Kentucky’s seasonally adjusted preliminary unemployment rate fell to 8.2 percent in November 2013 from a revised 8.4 percent in October 2013, according to the Office of Employment and Training (OET), an agency of the Kentucky Education and Workforce Development Cabinet.
The preliminary November 2013 jobless rate was 0.2 percentage points above the 8 percent rate recorded for the state in November 2012.
The U.S. seasonally adjusted jobless rate went down to 7 percent in November 2013 from 7.3 percent in October 2013, according to the U.S. Department of Labor.
Labor force statistics, including the unemployment rate, are based on estimates from the Current Population Survey of households. It is designed to measure trends rather than to count the actual number of people working. It includes jobs in agriculture and those classified as self-employed.
In November 2013, Kentucky’s civilian labor force was 2,058,641, a decrease of 5,433 individuals compared to the previous month. Employment dropped by 2,053, while the number of unemployed people decreased by 3,380.
“Kentucky’s labor market has struggled since late spring. The labor force — that is, the number of people who are either employed, or are looking for work — has shrunk to the lowest level since February 2010. The number of employed has also gone down, but not by as much. That’s caused the unemployment rate to stabilize at 8.2 percent,” said economist Manoj Shanker of the OET.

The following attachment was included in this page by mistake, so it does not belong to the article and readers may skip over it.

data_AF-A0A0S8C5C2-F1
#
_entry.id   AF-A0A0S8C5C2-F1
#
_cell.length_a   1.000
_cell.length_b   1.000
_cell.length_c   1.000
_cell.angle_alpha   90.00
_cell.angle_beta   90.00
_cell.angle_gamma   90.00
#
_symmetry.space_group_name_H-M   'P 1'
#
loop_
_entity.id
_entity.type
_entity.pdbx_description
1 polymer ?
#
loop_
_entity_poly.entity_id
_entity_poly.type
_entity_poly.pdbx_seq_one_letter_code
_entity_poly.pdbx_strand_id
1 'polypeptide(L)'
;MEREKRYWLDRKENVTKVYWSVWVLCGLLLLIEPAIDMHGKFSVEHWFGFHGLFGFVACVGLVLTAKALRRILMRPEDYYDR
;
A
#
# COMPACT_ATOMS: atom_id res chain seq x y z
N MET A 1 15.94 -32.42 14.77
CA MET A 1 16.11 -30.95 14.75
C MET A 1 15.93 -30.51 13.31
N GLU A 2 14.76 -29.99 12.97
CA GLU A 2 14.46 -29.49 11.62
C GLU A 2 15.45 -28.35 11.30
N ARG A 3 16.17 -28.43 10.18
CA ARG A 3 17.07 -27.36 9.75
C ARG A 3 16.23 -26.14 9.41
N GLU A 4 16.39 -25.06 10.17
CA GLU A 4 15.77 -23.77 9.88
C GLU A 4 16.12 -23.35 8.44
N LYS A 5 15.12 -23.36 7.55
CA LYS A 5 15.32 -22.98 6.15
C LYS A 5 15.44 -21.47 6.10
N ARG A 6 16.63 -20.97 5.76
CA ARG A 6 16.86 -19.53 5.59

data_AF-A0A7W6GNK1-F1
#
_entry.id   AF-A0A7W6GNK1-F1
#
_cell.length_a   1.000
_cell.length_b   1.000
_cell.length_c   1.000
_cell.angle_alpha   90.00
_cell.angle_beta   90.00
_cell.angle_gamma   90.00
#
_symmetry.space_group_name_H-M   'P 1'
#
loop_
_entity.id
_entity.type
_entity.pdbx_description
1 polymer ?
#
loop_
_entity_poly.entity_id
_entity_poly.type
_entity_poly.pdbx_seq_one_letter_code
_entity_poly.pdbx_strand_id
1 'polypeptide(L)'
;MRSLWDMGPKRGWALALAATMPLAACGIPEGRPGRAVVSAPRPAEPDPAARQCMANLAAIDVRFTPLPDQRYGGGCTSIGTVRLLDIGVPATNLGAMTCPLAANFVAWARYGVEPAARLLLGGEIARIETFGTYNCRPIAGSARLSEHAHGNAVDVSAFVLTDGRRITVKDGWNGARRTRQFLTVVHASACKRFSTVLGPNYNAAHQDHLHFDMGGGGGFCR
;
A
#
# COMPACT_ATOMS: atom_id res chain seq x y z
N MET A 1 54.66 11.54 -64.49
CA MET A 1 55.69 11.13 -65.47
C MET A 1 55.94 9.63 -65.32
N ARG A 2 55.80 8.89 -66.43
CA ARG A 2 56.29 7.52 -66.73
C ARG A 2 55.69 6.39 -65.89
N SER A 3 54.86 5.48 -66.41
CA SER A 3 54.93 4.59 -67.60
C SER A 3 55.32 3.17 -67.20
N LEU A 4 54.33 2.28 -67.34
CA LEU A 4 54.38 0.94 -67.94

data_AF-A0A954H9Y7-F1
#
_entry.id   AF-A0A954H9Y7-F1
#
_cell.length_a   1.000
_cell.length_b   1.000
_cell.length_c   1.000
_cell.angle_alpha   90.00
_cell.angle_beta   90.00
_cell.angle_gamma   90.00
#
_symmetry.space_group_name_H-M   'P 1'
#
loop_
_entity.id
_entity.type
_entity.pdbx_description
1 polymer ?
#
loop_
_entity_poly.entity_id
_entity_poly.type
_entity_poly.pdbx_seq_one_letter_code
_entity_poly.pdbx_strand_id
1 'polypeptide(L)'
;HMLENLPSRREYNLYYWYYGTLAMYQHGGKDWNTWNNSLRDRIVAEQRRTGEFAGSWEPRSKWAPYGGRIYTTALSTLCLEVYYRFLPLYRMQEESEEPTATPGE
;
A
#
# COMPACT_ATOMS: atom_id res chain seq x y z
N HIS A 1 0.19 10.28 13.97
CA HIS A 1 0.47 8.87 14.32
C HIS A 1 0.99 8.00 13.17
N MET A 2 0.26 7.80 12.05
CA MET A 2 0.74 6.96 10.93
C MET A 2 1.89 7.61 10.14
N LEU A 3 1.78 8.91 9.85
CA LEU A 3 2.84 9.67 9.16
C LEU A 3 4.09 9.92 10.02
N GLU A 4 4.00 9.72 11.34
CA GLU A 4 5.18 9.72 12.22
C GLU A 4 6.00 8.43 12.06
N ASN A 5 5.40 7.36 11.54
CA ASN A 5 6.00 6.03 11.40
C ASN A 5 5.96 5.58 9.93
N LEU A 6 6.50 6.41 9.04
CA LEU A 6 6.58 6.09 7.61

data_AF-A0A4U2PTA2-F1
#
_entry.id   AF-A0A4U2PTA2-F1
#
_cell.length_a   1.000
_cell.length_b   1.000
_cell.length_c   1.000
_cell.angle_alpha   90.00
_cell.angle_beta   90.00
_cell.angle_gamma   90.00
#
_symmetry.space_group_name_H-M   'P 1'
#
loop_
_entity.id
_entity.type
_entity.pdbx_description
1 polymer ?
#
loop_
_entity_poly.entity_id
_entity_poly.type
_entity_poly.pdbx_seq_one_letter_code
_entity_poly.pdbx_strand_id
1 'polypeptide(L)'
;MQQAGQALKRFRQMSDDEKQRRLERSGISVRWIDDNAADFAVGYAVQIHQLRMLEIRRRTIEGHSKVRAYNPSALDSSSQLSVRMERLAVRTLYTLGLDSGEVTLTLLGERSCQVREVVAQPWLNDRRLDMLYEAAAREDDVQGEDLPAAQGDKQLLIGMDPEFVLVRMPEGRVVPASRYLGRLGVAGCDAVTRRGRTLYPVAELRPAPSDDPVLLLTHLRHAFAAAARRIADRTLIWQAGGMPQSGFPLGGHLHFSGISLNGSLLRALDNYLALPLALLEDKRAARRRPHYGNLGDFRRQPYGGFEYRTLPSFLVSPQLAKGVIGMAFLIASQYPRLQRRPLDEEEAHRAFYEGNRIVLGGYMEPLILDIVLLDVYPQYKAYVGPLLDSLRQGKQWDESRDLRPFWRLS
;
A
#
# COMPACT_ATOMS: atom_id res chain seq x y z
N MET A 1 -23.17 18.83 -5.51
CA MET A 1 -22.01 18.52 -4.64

“The steady retirement of baby boomers is the main cause of the shrinking labor force in Kentucky,” he added.
In a separate federal survey of business establishments that excludes jobs in agriculture and people who are self-employed, Kentucky’s seasonally adjusted nonfarm employment increased by 6,900 jobs to 1,839,200 in November 2013 from the previous month. On an over-the-year basis, the state’s nonfarm employment has added 4,800 jobs.
Nonfarm data is provided by the Bureau of Labor Statistics’ Current Employment Statistics program. According to this survey, eight of Kentucky’s 11 major nonfarm North American Industry Classification System (NAICS) job sectors registered gains in employment, while two declined and one stayed the same this month.
Kentucky’s professional and business services sector added 5,200 jobs in November 2013. This category includes establishments engaged in services that support the day-to-day activities of other organizations, including temporary employment services. Since last November, jobs in the sector have increased by 9,500.
“Growth in business support services, including temporary services, is usually at the expense of employment in other areas like manufacturing and health services. Businesses increasingly outsource non-core activities like record-keeping, payroll and maintenance,” said Shanker.
The state’s leisure and hospitality sector posted a gain of 1,200 jobs in November 2013. Since November 2012, the sector has grown by 4,700 positions. This sector includes arts, entertainment, recreation, accommodation and food services.
The financial activities sector rose by 900 jobs in November 2013. Compared to November a year ago, businesses involved in finance, insurance, real estate and property leasing have increased by 1,100 jobs.